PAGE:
@PeteB I believe that your friend is analyzing his absinthe correctly in accordance with the TTB guidelines, but the TTB procedure is not valid for absinthe in my opinion. If he follows my revised method outlined above he should get the true values. Let me explain my thinking. As far as I know, absinthe contains little or no added sugar. An hydrometer reading on the original absinthe should therefore suffer very little obscuration and the apparent ABV will be very close to the true ABV. The flavorings are present in trace quantities and won't have a material effect. But absinthe typically contains very high levels of alcohol and the TTB procedure will not transfer all the alcohol from the sample to the distillate when using the recommended quantities. It is therefore reasonable that the distillate ABV will be lower than that of the original sample - some of the alcohol is still in the boiling flask. I ran some calculations assuming that the absinthe contains 55 %abv. If the standard 100 ml sample, 50 ml of rinse water and 96 ml of recovered distillate is used I estimate that only about 85% of the original alcohol will report in the distillate. Changing the procedure to my 100 ml sample, 200 ml added water and 196 ml distillate increases the recovery to +99.9%. But remember that the measured abv of the distillate must be doubled to get the original sample abv. There are two reasons why the high alcohol levels cause problems. Firstly there is simply more alcohol in the sample so it is not as easy to get it out. Secondly, the volatility of alcohol relative to water decreases rapidly as the abv increases. We all know that it is much easier to double the strength from 5 abv to 10 abv than it is to go from 45 abv to 90 abv. When the alcohol is dilute it literally leaps out of the water. At high abv you have to really squeeze it. Part of my reasoning in using the higher quantity of added water is to dilute the alcohol and increase its volatility. If you would like to send me the actual sugar and alcohol levels in the absinthe I will rerun the numbers to see how close the calculations come to the measured values.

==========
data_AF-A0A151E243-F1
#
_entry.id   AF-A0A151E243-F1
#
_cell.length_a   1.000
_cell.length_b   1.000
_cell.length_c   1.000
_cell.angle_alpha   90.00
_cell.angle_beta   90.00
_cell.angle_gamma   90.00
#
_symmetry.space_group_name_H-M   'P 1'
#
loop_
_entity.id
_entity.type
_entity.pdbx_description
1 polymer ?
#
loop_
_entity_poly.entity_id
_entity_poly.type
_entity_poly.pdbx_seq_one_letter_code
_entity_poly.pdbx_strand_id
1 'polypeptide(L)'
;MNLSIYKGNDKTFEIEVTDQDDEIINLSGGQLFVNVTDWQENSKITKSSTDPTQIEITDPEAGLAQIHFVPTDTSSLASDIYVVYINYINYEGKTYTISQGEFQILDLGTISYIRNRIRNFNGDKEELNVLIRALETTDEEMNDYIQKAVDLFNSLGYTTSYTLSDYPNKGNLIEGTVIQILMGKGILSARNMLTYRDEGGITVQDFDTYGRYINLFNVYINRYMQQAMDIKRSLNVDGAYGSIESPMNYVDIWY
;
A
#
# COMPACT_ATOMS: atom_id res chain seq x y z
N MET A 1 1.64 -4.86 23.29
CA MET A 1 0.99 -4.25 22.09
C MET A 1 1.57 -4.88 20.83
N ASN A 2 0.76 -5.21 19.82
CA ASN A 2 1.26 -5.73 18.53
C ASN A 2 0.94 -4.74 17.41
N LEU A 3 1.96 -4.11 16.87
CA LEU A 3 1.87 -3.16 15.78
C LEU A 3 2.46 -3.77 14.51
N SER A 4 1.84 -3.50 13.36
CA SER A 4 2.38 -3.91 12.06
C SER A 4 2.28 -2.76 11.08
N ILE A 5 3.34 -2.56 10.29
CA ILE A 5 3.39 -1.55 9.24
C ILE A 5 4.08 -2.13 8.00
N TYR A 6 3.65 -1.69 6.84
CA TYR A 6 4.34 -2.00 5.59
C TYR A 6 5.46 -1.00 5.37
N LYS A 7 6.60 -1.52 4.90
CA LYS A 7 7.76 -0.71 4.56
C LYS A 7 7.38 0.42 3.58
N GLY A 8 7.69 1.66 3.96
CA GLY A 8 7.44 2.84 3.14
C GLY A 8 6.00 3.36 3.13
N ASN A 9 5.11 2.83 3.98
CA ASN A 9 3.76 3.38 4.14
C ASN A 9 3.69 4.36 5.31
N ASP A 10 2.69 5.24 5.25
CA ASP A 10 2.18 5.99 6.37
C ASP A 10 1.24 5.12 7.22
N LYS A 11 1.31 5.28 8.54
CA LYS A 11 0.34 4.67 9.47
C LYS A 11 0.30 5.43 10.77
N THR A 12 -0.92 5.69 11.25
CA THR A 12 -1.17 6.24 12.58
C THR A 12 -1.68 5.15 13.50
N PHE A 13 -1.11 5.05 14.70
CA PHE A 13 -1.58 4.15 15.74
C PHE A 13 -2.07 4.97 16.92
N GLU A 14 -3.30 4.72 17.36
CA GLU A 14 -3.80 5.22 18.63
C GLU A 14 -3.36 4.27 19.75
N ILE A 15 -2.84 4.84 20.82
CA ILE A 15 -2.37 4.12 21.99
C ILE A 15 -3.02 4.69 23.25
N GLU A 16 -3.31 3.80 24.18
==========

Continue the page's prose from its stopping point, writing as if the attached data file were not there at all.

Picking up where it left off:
13. meerkat

    Lab distillation of very high-solids liqueurs

    @teh_pitts With a true ABV of around 13 % the lab distillations with 50 ml rinse water indicated 0.9 to 1.2 ABV % low.
  14. We have recently experienced some problems when using the standard TTB procedure for determining ABV by lab distillation of liqueurs containing above 30% solids, especially if we have milk solids present. If we start with 100 ml of sample, add 50 ml of rinsing water and then distill off the recommended 96 ml what is left in the boiling flask is so thick that it is impossible to deal with. The actual ABV of the sample is known because we know how much neutral spirit had been added and we know the total volume (from the total mass and measured density). This corresponded very closely with the ABV calculated by AlcoDens LQ, but the lab distillation always gave low results. I suspect this was due to carry over of solids. Even commercial lab results were quite far from the known ABV. We modified the lab distillation procedure and are now getting much more accurate and consistent results, and I would really appreciate your comments if you have experienced similar problems. In our modified procedure we still start with a 100 ml sample but we add 200 ml of water and then distill off 196 ml (which we make up to 200 ml), leaving approximately 100 ml in the boiling flask. This means that the initial solids are still in 100 ml and remain nicely in solution. My calculations show that for a sample containing 15 ABV this procedure will recover +99.99% of the alcohol. Since the alcohol that was initially in 100 ml is now in 200 ml the measured ABV has to be doubled. We understand that this halves the precision of the measurement but the results are so much closer to the known value and are much more consistent - and the glassware is much easier to clean afterwards! How have you gotten around this problem?
  15. meerkat

    Proofing Issues

    It would seem that your blending targeted at 95 proof was actually spot on (and not 95.6) because if you calculate 190 lb of 95 proof plus 1.65 lb of water you get 94.25 proof. I would guess that everything was correct, but your gauging after the first blend gave a slightly higher reading than it should have. Others have also mentioned that immediately after blending the measured proof can be slightly high and the most plausible theory I have come across for this is that micro bubbles of air are mixed into the spirit during blending lowering the density and making the proof appear high. It could of course also be caused by the exothermic blending raising the temperature and decreasing the density, but I presume that you would have corrected for the temperature. Whatever the cause, leaving the blend to settle for 12 hours or so will give the correct proof. What is strange in this case is that the second blending immediately gave the correct/expected proof. Was there any difference in the way you did the first and second blends? How soon after the first blend was completed did you do the gauging, and how long after the gauging did you add the extra water?